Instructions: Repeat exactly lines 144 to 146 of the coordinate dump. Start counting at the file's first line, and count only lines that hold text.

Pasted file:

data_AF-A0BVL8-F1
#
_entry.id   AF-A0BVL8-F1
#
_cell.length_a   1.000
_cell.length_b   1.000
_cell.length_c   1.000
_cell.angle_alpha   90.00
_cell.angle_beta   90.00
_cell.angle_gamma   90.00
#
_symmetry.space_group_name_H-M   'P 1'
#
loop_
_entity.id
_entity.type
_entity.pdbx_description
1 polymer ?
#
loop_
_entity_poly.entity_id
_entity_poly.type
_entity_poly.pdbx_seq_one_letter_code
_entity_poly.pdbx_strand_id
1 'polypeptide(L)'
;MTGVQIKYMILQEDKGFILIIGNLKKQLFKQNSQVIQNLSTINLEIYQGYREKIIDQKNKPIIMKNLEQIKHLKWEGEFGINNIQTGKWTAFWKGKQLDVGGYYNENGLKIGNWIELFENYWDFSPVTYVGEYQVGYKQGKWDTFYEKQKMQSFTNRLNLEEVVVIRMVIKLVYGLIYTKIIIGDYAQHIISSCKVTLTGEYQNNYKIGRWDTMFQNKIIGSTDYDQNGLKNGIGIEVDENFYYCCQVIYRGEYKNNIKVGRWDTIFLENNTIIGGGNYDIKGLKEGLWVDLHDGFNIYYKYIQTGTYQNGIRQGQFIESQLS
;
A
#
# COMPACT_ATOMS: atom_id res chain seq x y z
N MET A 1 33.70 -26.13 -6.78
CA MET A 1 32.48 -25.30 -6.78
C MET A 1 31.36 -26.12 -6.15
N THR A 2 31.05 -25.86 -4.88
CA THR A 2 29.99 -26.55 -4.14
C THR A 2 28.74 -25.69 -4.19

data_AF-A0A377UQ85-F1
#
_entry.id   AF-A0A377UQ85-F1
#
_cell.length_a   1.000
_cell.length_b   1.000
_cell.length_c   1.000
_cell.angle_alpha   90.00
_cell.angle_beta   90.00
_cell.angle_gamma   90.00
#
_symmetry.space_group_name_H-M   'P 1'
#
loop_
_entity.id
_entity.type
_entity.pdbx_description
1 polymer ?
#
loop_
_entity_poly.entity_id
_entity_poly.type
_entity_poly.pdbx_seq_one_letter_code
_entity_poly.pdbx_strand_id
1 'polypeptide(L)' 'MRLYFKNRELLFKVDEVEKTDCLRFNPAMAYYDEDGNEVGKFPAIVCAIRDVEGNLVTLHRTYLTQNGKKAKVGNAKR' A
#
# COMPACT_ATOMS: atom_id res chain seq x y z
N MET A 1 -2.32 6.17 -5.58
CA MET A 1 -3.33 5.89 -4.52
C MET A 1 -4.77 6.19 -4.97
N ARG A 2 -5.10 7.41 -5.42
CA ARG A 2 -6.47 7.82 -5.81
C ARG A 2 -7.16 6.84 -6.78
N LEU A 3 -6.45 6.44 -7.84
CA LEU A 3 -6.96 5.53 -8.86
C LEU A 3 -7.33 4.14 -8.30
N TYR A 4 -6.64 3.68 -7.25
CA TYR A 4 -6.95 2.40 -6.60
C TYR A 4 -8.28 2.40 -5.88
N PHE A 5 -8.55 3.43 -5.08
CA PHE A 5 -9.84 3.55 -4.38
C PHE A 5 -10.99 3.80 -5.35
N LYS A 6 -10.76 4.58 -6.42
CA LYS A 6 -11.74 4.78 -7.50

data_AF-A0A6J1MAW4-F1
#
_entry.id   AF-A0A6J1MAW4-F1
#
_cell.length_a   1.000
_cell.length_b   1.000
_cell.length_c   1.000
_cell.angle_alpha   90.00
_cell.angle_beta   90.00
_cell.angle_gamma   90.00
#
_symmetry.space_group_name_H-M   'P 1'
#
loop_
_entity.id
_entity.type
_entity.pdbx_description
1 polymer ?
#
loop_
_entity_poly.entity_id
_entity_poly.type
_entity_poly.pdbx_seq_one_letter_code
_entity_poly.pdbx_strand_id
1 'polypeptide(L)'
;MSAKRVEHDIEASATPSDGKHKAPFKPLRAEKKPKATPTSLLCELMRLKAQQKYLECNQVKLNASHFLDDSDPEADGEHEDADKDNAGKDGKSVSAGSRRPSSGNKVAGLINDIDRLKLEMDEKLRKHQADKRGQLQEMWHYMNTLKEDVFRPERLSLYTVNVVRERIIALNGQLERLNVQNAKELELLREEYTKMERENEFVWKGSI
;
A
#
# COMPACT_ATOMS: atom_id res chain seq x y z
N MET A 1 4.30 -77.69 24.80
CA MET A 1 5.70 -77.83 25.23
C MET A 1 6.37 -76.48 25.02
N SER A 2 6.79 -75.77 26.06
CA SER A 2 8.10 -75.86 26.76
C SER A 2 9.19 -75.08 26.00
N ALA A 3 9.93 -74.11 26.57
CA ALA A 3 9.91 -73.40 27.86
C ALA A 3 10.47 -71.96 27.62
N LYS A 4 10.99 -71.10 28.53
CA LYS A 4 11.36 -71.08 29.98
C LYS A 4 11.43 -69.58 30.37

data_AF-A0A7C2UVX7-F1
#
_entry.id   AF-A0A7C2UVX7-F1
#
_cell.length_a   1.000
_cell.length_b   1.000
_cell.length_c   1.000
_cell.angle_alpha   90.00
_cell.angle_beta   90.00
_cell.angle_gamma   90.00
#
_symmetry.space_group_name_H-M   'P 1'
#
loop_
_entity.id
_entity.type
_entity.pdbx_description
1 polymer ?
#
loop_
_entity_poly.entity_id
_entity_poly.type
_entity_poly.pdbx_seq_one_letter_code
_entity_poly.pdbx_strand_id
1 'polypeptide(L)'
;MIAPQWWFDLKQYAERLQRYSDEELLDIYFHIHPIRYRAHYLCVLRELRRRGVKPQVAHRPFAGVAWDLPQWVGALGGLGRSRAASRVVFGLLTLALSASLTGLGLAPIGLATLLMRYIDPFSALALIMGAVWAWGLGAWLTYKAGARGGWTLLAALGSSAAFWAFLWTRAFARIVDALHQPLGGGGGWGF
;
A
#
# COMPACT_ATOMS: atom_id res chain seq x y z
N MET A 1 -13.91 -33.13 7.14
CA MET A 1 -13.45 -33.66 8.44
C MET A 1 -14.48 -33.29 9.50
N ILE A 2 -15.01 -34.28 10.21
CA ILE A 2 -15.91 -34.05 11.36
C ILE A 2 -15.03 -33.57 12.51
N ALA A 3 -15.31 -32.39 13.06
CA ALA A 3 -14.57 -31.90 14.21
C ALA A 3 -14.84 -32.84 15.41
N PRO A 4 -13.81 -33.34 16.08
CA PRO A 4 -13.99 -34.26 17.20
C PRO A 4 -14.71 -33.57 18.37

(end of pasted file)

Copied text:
_entity_poly.type
_entity_poly.pdbx_seq_one_letter_code
_entity_poly.pdbx_strand_id